Lisa Curtis, LCSW, CASAC, HWC
Support to Treat Anxiety, Overwhelm, PTSD & Substance Abuse ~ Serving New York Since 1989, Maine & Florida by Telehealth
I'm Lisa ~ welcome
Ready for Change
You’ve accomplished a lot over a short time or a lot over a long time. You’re respected in your industry and you know how to “get the job done.” In order to “get the job done”, however, there’s been some real costs to you and your overall well-being. And those payments are coming due.
Most Common Complaints my clients report to me when they start therapy:
- Something is “off”
- Things are harder than they used to be
- “Not a big deal” mentality isn’t working anymore
- Shorter tempers
- Get set off more easily
- Feel like they’re a ticking time bomb
- Stress used to be easier to handle
- Could it be PTSD? C-PTSD?
High Achievers and Top Performers Don’t Want Therapy
They don’t want it, but they know they need it.
High achievers and accomplished people end up using therapy in a very logical way. They know something is off, they figure out that what they’re doing isn’t working and then they seek expert advice. They do a few internet searches about burnout, stress, ptsd symptoms, and all the experts are in agreement. The experts say therapy and some lifestyle changes are going to create the most significant positive difference. Next, these high achievers and accomplished people call me.
When Nothing Else Has “Worked”
Buying another gym membership.
Signing up for professional development.
Downloading another meditation app.
And the list goes on ad infinitum!
Get off the hamster wheel!
I want to point out one thing about all these attempts you’ve made. It’s actually a really important quality.
You keep going. You keep going even when you’re not sure where you’re headed or if it will actually work.
All of those attempts at taking care of yourself bring you relief too! It’s temporary though. It’s time for lasting effects and lasting changes.
That’s why you’re here. With therapy, we’ll dig into the places YOU need dug into. Not the places an app says you need to start.
"Life can be hard & feeling alone Makes it even harder; Having a therapist who truly hears you can be life Changing."
When You Don’t “Got This”
The immediacy effect is important to note here. The immediacy effect is the concept that we would rather have emotional relief or a reward now, than sit in the discomfort of waiting for a better, more fulfilling reward or experience later.
Friends, family and colleagues can fill this need for relief quickly, without a second thought. You’ll tell them about how you’re stressed and they’ll say, “You’re ok!” “Shake it off, you got this.”
The state of your life doesn’t have space for dealing with emotions any other way. There’s no room for when you don’t “got this.”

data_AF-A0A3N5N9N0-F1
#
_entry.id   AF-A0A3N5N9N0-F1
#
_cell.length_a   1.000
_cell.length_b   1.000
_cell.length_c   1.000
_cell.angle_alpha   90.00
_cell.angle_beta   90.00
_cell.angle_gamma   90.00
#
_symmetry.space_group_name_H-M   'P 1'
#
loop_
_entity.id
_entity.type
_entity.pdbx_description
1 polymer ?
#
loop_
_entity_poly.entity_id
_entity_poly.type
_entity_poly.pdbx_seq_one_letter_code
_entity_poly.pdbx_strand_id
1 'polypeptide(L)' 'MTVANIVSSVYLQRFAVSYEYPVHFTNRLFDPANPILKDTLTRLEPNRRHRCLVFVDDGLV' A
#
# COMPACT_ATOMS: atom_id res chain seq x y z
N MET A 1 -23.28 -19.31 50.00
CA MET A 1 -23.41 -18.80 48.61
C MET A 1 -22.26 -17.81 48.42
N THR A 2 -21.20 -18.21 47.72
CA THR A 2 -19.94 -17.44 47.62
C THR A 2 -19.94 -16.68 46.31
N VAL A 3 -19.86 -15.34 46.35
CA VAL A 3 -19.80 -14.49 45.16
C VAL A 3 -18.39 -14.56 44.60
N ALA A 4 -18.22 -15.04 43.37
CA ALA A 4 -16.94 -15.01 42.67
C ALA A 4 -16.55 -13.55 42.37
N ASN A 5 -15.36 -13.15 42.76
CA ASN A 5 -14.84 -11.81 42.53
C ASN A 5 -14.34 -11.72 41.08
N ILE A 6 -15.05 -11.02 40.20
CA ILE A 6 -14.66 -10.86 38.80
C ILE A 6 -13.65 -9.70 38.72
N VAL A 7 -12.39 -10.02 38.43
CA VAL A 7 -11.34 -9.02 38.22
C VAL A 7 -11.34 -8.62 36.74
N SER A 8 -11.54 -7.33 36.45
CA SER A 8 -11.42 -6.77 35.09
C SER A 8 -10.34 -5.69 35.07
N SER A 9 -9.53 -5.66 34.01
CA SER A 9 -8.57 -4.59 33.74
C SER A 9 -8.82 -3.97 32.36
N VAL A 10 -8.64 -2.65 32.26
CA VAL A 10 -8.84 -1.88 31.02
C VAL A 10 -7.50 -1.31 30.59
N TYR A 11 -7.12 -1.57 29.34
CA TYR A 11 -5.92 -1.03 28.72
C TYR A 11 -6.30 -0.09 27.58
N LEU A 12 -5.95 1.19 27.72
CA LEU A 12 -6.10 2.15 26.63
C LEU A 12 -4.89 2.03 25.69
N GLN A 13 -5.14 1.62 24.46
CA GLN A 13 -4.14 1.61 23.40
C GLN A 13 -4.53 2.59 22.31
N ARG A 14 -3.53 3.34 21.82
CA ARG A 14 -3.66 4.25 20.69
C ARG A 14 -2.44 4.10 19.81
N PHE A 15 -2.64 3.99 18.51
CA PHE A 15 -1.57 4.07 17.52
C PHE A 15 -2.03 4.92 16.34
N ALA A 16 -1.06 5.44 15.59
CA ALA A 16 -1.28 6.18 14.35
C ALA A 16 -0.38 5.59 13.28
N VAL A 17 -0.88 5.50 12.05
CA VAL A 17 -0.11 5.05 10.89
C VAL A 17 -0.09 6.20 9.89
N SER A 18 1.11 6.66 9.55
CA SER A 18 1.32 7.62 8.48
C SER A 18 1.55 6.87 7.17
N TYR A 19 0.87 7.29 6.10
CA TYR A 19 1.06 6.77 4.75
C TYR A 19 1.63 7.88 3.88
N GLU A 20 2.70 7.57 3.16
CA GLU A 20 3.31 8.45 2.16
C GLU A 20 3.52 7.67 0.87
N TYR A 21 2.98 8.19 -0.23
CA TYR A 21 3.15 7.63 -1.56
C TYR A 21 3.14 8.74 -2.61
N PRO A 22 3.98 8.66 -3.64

It becomes clear, pretty quickly, that you need to keep going, even if there’s a tiny tear in the fabric of your emotional well-being.
When that’s the go-to move, ‘keep going no matter what’, and you don’t give yourself the real space and attention to deal with things, those self-talk strategies lead to more tiny tears.
Tiny tears in your emotional well being include:
- Financial stress
- High stress environments
- Vicarious trauma
- Life long avoidance
- Traumatic events
Don’t get me wrong, on their own, these tears can certainly heal themselves. With the right support, attention and time, outside intervention isn’t always needed. Later feels like the perfect time to deal with it.
In the meantime, you push the thoughts and feelings aside, get a workout in, have a drink, and maybe watch some TV. What happens when later never comes? What about when later shows up and you don’t know what to do?
When Drinking is More Trouble Than It’s Worth
Drinking is a social, fun and acceptable way to relax and de-stress.
Lately, you’ve been taking a closer look at ‘why’ they drink. I’m not a fan of ‘why’ questions so let’s re-frame that. As an adult, you don’t need a reason, and you certainly don’t need to explain yourself to anyone. So what’s going on that you are questioning it? I might have a good idea.
If you’re questioning your drinking, it’s likely one or both of the following:
- It’s not giving you what you want anymore (calm, feeling good after the fact.)
- You realize you don’t know what you really want, but this sure isn’t it.
Maybe drinking has really helped in the past. I don’t know many people who DON’T have a “drinking made me feel better” story. What happens when that story changes though?
Is your drinking:
- Making you feel worse than when you started
- Happening more than you intend
- Getting in the way of relationships
- Causing avoidable and preventable problems
When clients come to me they often don’t see their drinking as “too much of a problem.” Therapy can be really tough work though and coping strategies like drinking, which may not have looked like an issue in the past, might now be something more.
It might come up for you that some of your coping skills don’t have the reach and depth they used to. Maybe this next phase of your life is going to require some new approaches.
Is it time to put some new skills and ways of being into your repertoire?
Therapy for First Responders
As a First Responder, you live in a culture of necessity. You need to be seen as capable and ready to handle whatever gets dropped in your lap. I wouldn’t say you’re reluctant to seek therapy, exactly. For some of you however, it goes against what you believe about yourself. While you love being useful and helpful to others, you’re not used to accepting that kind of support.
Together we can take a look at how I can provide the guidance and support you’re coming up short on.
Therapy is tough work. But you’re tough too.